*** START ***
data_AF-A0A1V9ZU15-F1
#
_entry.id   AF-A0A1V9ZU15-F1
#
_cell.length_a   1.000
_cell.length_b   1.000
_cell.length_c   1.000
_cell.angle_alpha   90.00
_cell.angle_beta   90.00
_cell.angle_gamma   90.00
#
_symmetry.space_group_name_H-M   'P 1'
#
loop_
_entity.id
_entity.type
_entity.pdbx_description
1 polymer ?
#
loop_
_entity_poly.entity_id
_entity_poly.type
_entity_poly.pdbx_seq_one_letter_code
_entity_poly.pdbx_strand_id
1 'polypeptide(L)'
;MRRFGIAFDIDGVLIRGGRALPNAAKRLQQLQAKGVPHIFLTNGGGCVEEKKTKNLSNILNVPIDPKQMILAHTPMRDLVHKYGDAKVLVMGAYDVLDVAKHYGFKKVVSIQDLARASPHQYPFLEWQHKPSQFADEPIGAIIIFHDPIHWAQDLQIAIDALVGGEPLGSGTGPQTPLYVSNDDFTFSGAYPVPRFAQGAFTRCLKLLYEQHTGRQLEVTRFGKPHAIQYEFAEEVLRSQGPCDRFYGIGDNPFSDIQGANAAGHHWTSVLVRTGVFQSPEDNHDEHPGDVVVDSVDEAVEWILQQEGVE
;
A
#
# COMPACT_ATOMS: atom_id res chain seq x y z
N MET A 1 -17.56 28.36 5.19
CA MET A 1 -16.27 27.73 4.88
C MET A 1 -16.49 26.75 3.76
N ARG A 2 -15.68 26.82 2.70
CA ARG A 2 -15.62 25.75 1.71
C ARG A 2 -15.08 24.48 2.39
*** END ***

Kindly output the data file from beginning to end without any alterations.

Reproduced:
data_AF-A0A1V9ZU15-F1
#
_entry.id   AF-A0A1V9ZU15-F1
#
_cell.length_a   1.000
_cell.length_b   1.000
_cell.length_c   1.000
_cell.angle_alpha   90.00
_cell.angle_beta   90.00
_cell.angle_gamma   90.00
#
_symmetry.space_group_name_H-M   'P 1'
#
loop_
_entity.id
_entity.type
_entity.pdbx_description
1 polymer ?
#
loop_
_entity_poly.entity_id
_entity_poly.type
_entity_poly.pdbx_seq_one_letter_code
_entity_poly.pdbx_strand_id
1 'polypeptide(L)'
;MRRFGIAFDIDGVLIRGGRALPNAAKRLQQLQAKGVPHIFLTNGGGCVEEKKTKNLSNILNVPIDPKQMILAHTPMRDLVHKYGDAKVLVMGAYDVLDVAKHYGFKKVVSIQDLARASPHQYPFLEWQHKPSQFADEPIGAIIIFHDPIHWAQDLQIAIDALVGGEPLGSGTGPQTPLYVSNDDFTFSGAYPVPRFAQGAFTRCLKLLYEQHTGRQLEVTRFGKPHAIQYEFAEEVLRSQGPCDRFYGIGDNPFSDIQGANAAGHHWTSVLVRTGVFQSPEDNHDEHPGDVVVDSVDEAVEWILQQEGVE
;
A
#
# COMPACT_ATOMS: atom_id res chain seq x y z
N MET A 1 -17.56 28.36 5.19
CA MET A 1 -16.27 27.73 4.88
C MET A 1 -16.49 26.75 3.76
N ARG A 2 -15.68 26.82 2.70
CA ARG A 2 -15.62 25.75 1.71
C ARG A 2 -15.08 24.48 2.39